10. Is this the first time a plane has vanished?
No. In 2009, Air France Flight 447 crashed in the South Atlantic between Rio de Janeiro and
Paris during turbulent weather conditions. It took four searches and almost two years before the bulk of
the wreckage and majority of bodies were recovered. The voice and data recorders weren’t found on the
ocean floor until May 2011.

My Response

    Wow, I get losing cars and boats, but how in the world do you lose a plane. If I were on that plane, and I knew what was going on, I would be amazed that nobody could find one of the most biggest things that transports people from place to place. I have multiple ideas on who took the plane and where It might have gone. I think that when the death of osoma bin laden died on May 2nd 2011 in Pakistan. The al Qaeda must have been very upset. So they must have planned this out for a while, and they finally took another plane. If you do not think that this event is possible. People didn’t think 9-11 was possible. Now I am going to tell you were I think the plane has gone. Being honest, I think that the plane could still be in the sky. And they are trying terrorist are trying to pick another target. That is all I have to say, and that is what I think about the missing plane.



Who is Prometheus and Gaea

Who are Prometheus and Gaea?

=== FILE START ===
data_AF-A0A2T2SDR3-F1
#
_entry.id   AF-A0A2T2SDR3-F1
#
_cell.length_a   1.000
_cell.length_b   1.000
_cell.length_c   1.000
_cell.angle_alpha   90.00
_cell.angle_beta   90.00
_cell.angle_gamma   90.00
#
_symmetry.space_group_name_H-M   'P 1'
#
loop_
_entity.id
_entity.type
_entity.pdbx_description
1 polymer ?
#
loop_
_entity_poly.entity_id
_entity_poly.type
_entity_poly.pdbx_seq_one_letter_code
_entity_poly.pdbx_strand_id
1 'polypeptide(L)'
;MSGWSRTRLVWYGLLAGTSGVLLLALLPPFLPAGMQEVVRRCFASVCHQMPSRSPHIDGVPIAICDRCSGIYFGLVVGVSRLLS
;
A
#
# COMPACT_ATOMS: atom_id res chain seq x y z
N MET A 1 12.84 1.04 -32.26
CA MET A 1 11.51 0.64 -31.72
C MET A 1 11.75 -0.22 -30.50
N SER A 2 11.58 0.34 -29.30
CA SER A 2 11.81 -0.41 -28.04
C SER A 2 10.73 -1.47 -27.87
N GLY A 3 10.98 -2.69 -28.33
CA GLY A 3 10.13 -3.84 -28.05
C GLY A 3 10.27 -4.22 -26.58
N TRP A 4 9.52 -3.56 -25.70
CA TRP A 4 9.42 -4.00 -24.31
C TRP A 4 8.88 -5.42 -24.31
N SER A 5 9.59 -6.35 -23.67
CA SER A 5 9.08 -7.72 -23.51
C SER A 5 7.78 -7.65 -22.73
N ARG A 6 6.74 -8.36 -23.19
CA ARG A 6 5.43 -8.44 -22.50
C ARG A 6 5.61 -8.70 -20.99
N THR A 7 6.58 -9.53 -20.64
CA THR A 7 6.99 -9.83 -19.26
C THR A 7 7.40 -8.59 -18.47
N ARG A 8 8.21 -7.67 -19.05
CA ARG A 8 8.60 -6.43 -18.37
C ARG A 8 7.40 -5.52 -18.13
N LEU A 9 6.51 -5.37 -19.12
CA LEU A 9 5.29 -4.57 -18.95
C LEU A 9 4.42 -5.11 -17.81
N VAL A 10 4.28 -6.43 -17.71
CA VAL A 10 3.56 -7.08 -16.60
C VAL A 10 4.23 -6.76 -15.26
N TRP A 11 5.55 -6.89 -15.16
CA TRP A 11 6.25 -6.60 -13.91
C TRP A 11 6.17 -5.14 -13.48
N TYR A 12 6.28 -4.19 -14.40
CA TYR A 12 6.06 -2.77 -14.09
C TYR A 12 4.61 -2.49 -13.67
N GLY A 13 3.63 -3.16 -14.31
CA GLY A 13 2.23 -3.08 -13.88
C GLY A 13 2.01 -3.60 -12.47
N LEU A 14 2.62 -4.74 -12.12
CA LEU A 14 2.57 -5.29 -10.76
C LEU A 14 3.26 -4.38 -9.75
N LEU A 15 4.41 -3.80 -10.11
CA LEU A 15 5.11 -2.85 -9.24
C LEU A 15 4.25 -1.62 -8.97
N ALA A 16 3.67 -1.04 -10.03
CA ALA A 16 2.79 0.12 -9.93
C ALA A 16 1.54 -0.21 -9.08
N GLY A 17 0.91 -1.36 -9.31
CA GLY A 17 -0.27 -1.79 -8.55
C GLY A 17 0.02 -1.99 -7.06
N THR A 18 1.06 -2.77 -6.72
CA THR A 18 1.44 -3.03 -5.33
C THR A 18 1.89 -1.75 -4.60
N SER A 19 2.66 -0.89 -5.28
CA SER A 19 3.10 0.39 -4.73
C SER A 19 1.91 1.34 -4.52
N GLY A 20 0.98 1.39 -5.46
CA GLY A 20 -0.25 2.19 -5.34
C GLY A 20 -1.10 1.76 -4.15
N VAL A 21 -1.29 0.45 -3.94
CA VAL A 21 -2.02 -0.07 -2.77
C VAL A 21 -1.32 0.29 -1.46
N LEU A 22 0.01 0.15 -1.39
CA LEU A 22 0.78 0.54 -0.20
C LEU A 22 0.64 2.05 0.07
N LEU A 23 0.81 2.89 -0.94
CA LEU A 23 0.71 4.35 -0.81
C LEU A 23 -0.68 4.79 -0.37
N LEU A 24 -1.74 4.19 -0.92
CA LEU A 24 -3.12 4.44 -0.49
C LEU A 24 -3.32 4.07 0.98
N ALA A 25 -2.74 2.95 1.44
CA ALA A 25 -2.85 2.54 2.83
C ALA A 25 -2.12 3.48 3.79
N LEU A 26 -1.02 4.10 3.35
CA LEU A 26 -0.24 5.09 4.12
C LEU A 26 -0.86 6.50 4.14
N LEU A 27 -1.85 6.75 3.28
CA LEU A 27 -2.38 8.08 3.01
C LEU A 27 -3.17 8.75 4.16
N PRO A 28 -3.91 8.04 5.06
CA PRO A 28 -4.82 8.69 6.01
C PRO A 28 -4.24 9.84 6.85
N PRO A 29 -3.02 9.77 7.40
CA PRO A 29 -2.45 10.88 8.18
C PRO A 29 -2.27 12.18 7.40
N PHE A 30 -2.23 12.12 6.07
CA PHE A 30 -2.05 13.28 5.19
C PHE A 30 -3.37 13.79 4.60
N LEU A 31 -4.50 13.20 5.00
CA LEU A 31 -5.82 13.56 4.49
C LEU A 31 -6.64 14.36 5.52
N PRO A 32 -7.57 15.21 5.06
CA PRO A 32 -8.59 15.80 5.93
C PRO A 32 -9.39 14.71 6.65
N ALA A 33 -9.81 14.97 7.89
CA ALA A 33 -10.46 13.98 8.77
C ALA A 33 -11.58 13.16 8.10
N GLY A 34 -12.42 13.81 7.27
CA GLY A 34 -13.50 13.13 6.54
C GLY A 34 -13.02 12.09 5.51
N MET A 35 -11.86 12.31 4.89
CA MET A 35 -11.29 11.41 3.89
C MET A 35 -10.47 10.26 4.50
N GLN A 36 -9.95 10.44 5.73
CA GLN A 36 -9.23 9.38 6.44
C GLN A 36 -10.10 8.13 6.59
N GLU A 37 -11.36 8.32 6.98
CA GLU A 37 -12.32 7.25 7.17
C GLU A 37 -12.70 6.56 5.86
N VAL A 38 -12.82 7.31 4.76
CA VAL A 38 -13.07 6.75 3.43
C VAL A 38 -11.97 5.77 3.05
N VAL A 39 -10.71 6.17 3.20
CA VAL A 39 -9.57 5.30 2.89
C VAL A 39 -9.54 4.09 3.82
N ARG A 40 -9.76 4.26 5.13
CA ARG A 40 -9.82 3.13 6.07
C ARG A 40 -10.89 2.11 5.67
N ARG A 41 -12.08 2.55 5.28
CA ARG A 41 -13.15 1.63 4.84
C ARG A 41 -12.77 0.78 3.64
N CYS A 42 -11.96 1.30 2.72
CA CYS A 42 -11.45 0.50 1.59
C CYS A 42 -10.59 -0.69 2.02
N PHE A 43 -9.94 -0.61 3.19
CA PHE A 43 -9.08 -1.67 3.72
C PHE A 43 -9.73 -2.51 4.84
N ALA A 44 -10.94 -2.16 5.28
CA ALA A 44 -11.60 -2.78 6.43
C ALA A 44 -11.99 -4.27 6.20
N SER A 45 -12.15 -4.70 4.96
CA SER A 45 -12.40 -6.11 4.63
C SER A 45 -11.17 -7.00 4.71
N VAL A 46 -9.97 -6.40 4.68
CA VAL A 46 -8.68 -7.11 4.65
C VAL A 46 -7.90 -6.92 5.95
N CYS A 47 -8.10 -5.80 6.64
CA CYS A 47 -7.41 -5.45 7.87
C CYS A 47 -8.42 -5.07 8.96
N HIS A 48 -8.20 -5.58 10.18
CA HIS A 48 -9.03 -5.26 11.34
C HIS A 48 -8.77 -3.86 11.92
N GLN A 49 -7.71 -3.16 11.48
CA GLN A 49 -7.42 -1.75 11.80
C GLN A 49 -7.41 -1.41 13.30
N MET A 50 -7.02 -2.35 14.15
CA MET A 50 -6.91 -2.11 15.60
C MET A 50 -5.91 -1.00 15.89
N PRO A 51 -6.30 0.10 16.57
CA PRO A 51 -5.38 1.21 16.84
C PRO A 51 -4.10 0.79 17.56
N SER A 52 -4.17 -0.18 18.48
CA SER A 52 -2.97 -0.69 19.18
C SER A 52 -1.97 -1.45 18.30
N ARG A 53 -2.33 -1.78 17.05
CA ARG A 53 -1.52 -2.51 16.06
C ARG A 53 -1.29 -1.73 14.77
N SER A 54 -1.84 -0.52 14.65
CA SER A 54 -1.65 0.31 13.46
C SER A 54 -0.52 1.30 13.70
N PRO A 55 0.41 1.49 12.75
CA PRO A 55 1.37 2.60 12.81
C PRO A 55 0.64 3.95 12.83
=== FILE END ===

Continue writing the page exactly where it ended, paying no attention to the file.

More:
Prometheus, known in Greek Mythology was one of the Titans (an elder god), who had taken fire from Mt. Olympus and bring it back down to earth. And he did this even though Zeus said not to. So for a punishment, Zeus had an Eagle eat away at his liver and had his liver regenerate every day, and the worst part about it is, he is immortal.

Gaea was the mother of the earth and of all the gods.  Her name was Gaea.  Let this be your name, my Golden One, for you are to be the mother of a new kind of gods” (Rand 99).  Gaea is known as the mother goddess in Greek mythology.  There were no other gods around besides her family members, so many of the gods she created were the result of “inbreeding.”  She created many gods with her son Uranus.


Work Cited: “Anthem: Literary Elements.” Http://nccscougar.org/. N.p., n.d. Web. 15 May 2014.


Fahrenheit 451 Book Based Topic

I am currently reading Fahrenheit 451  by Ray Bradbury. For round 2 of our literature circles while reading the book, I had the responsibility of being the Discussion Director/Leader and Vocabulary Highlighter. As part of my job, I found the following information interesting.The part of the book that we are on makes me think that this story is not in our time period. You can read pages  24-25 about a  creature that does not sound like our time period.

The Mechanical Hound slept but did not sleep, lived but did not live . . . the moonlight touched here and there on the brass and the copper and the steel of the faintly trembling beast. Light flickered on bits of ruby glass and on sensitive capillary hairs in the nostrils of the creature . . . its eight legs spidered under it on rubber-padded paws . . . a four inch hollow steel needle plunged down from the proboscis,       or any long flexible snout, as of the tapir of the Hound to inject massive jolts of morphine    or procaine . . . a strange rasping combination of electrical sizzle, a frying sound, a scraping of metal, a turning of cogs that seemed rusty and ancient with suspicion ( Bradbury 25-24)

So, my questions are:

  1. What time period do you think this is? the future, or the present?
  2. Could you compare yourself to Montag? If not, tell me ways you can contrast yourself to Montag.